Marie Lindqvist as Juliet's nurse. Photo by Carl Thorborg, Courtesy Royal Swedish Ballet.

North American Premiere for Mats Ek's Juliet & Romeo

In 2013, the Royal Swedish Ballet celebrated its 240th birthday. Never a company to be mired in tradition, RSB commissioned prolific and provocative contemporary choreographer Mats Ek to create a new version of Romeo and Juliet. True to form, Ek turned the ballet on its head, reversing the title, using new music and creating a world of simmering brutality. In recognition of his creativity, the ballet won the 2015 Olivier Award for Best New Dance Production.


Until now, North American audiences haven't had a chance to see this work. Royal Swedish Ballet will give Juliet & Romeo its North American premiere June 1–4, at the Kennedy Center in Washington, DC, and June 10–12, at the Segerstrom Center in Costa Mesa, California. "Mats' version is based on the very first version of the play," says RSB artistic director Johannes Öhman, referencing an Italian story by Luigi Da Porto which pre-dates Shakespeare. "The inverted title is important because in this ballet, Juliet is absolutely the main role. The story focuses on her perspective." It also conjures a modern cityscape—rather than courtly Verona—with its stark lighting, shifting walls and pedestrian costumes.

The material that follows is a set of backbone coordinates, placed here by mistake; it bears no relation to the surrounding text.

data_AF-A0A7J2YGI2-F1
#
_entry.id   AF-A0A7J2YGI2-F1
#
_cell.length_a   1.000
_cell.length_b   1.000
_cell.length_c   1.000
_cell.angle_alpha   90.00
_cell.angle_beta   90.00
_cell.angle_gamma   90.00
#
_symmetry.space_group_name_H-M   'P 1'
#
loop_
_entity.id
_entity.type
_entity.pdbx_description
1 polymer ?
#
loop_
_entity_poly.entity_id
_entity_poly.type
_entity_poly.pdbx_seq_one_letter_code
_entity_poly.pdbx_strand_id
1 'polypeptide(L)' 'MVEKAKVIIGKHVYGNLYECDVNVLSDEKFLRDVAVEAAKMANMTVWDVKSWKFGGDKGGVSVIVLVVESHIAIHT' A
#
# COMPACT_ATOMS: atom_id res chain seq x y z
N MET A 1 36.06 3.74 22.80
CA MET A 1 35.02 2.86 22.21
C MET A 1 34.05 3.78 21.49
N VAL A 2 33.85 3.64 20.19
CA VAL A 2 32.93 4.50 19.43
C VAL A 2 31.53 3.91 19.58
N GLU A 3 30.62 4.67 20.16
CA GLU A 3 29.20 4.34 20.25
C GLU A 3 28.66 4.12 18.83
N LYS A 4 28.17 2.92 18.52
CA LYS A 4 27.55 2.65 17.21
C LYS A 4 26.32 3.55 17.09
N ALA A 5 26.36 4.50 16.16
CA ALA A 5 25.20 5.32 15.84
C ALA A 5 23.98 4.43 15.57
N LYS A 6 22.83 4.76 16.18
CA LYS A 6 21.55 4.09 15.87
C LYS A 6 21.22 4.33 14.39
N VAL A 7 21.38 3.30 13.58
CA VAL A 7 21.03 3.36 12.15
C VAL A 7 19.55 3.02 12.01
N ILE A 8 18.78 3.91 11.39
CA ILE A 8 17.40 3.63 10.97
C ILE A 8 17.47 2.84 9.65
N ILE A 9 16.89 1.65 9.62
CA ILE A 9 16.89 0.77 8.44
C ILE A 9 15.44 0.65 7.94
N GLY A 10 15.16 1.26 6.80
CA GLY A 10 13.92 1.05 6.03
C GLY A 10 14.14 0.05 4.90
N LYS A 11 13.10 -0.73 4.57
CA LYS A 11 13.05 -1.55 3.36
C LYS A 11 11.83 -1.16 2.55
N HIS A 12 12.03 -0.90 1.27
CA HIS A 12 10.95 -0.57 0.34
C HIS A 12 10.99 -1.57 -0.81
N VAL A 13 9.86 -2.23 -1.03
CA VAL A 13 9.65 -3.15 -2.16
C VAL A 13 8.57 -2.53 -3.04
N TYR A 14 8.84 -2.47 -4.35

Photo by Carl Thorborg, Courtesy Royal Swedish Ballet.

Ek chose to create his ballet—performed in technique shoes and barefoot, rather than on pointe—to a composite score by Tchaikovsky, instead of the Prokofiev score used by Sir Kenneth MacMillan and others. "It might be surprising, especially for a knowledgeable ballet audience," Öhman says. "But Tchaikovsky's music fits Mats' revised storyline."

The RSB hasn't visited the Kennedy Center in over 15 years, and Öhman is excited to bring such a new work to the U.S. "The company has a very close, collaborative relationship with Mats," he says. "His style is direct and progressive, and it's a big honor for RSB to perform at such an important venue."

It's a unique opportunity for audiences, too. Ek, who announced his retirement in January, will take the rights to his choreography with him. RSB is licensed to perform Juliet & Romeo for two more years, but after that it might be a long time before the ballet visits North America again.

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